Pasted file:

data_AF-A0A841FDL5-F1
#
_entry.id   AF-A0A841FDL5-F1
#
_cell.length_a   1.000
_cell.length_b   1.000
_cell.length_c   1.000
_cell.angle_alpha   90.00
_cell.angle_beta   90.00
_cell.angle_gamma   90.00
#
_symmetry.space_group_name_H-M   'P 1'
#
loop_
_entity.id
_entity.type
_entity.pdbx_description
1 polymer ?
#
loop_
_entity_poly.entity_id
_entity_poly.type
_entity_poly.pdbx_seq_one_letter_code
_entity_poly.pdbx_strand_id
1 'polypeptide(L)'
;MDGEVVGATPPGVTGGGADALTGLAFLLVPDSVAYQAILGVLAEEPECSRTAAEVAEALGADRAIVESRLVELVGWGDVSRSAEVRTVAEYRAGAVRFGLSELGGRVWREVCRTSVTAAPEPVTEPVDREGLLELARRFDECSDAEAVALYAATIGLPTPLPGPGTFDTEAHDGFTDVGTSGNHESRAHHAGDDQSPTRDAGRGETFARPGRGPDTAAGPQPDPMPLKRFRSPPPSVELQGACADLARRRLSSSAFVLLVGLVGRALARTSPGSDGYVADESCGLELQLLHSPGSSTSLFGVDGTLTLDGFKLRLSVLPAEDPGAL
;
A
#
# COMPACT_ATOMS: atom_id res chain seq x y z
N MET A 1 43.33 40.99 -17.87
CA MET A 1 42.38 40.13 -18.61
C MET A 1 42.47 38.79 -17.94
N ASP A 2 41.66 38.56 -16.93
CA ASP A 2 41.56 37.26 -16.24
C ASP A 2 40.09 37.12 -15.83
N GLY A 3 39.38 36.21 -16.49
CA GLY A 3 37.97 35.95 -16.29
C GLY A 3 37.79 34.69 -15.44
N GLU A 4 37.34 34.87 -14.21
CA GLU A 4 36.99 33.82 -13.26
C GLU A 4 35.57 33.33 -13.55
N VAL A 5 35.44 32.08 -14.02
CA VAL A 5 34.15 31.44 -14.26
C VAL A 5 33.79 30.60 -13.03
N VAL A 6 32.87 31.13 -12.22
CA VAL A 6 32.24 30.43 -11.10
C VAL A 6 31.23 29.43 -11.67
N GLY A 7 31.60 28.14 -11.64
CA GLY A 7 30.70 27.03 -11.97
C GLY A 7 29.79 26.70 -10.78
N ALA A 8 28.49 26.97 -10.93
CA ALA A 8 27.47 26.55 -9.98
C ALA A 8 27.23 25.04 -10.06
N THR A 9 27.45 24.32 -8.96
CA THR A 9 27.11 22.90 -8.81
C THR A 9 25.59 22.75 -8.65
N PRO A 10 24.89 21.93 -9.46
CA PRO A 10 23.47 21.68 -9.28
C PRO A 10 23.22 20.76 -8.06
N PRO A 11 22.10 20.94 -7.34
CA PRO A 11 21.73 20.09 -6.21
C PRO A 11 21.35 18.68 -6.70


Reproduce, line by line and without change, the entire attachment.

data_AF-A0A841FDL5-F1
#
_entry.id   AF-A0A841FDL5-F1
#
_cell.length_a   1.000
_cell.length_b   1.000
_cell.length_c   1.000
_cell.angle_alpha   90.00
_cell.angle_beta   90.00
_cell.angle_gamma   90.00
#
_symmetry.space_group_name_H-M   'P 1'
#
loop_
_entity.id
_entity.type
_entity.pdbx_description
1 polymer ?
#
loop_
_entity_poly.entity_id
_entity_poly.type
_entity_poly.pdbx_seq_one_letter_code
_entity_poly.pdbx_strand_id
1 'polypeptide(L)'
;MDGEVVGATPPGVTGGGADALTGLAFLLVPDSVAYQAILGVLAEEPECSRTAAEVAEALGADRAIVESRLVELVGWGDVSRSAEVRTVAEYRAGAVRFGLSELGGRVWREVCRTSVTAAPEPVTEPVDREGLLELARRFDECSDAEAVALYAATIGLPTPLPGPGTFDTEAHDGFTDVGTSGNHESRAHHAGDDQSPTRDAGRGETFARPGRGPDTAAGPQPDPMPLKRFRSPPPSVELQGACADLARRRLSSSAFVLLVGLVGRALARTSPGSDGYVADESCGLELQLLHSPGSSTSLFGVDGTLTLDGFKLRLSVLPAEDPGAL
;
A
#
# COMPACT_ATOMS: atom_id res chain seq x y z
N MET A 1 43.33 40.99 -17.87
CA MET A 1 42.38 40.13 -18.61
C MET A 1 42.47 38.79 -17.94
N ASP A 2 41.66 38.56 -16.93
CA ASP A 2 41.56 37.26 -16.24
C ASP A 2 40.09 37.12 -15.83
N GLY A 3 39.38 36.21 -16.49
CA GLY A 3 37.97 35.95 -16.29
C GLY A 3 37.79 34.69 -15.44
N GLU A 4 37.34 34.87 -14.21
CA GLU A 4 36.99 33.82 -13.26
C GLU A 4 35.57 33.33 -13.55
N VAL A 5 35.44 32.08 -14.02
CA VAL A 5 34.15 31.44 -14.26
C VAL A 5 33.79 30.60 -13.03
N VAL A 6 32.87 31.13 -12.22
CA VAL A 6 32.24 30.43 -11.10
C VAL A 6 31.23 29.43 -11.67
N GLY A 7 31.60 28.14 -11.64
CA GLY A 7 30.70 27.03 -11.97
C GLY A 7 29.79 26.70 -10.78
N ALA A 8 28.49 26.97 -10.93
CA ALA A 8 27.47 26.55 -9.98
C ALA A 8 27.23 25.04 -10.06
N THR A 9 27.45 24.32 -8.96
CA THR A 9 27.11 22.90 -8.81
C THR A 9 25.59 22.75 -8.65
N PRO A 10 24.89 21.93 -9.46
CA PRO A 10 23.47 21.68 -9.28
C PRO A 10 23.22 20.76 -8.06
N PRO A 11 22.10 20.94 -7.34
CA PRO A 11 21.73 20.09 -6.21
C PRO A 11 21.35 18.68 -6.70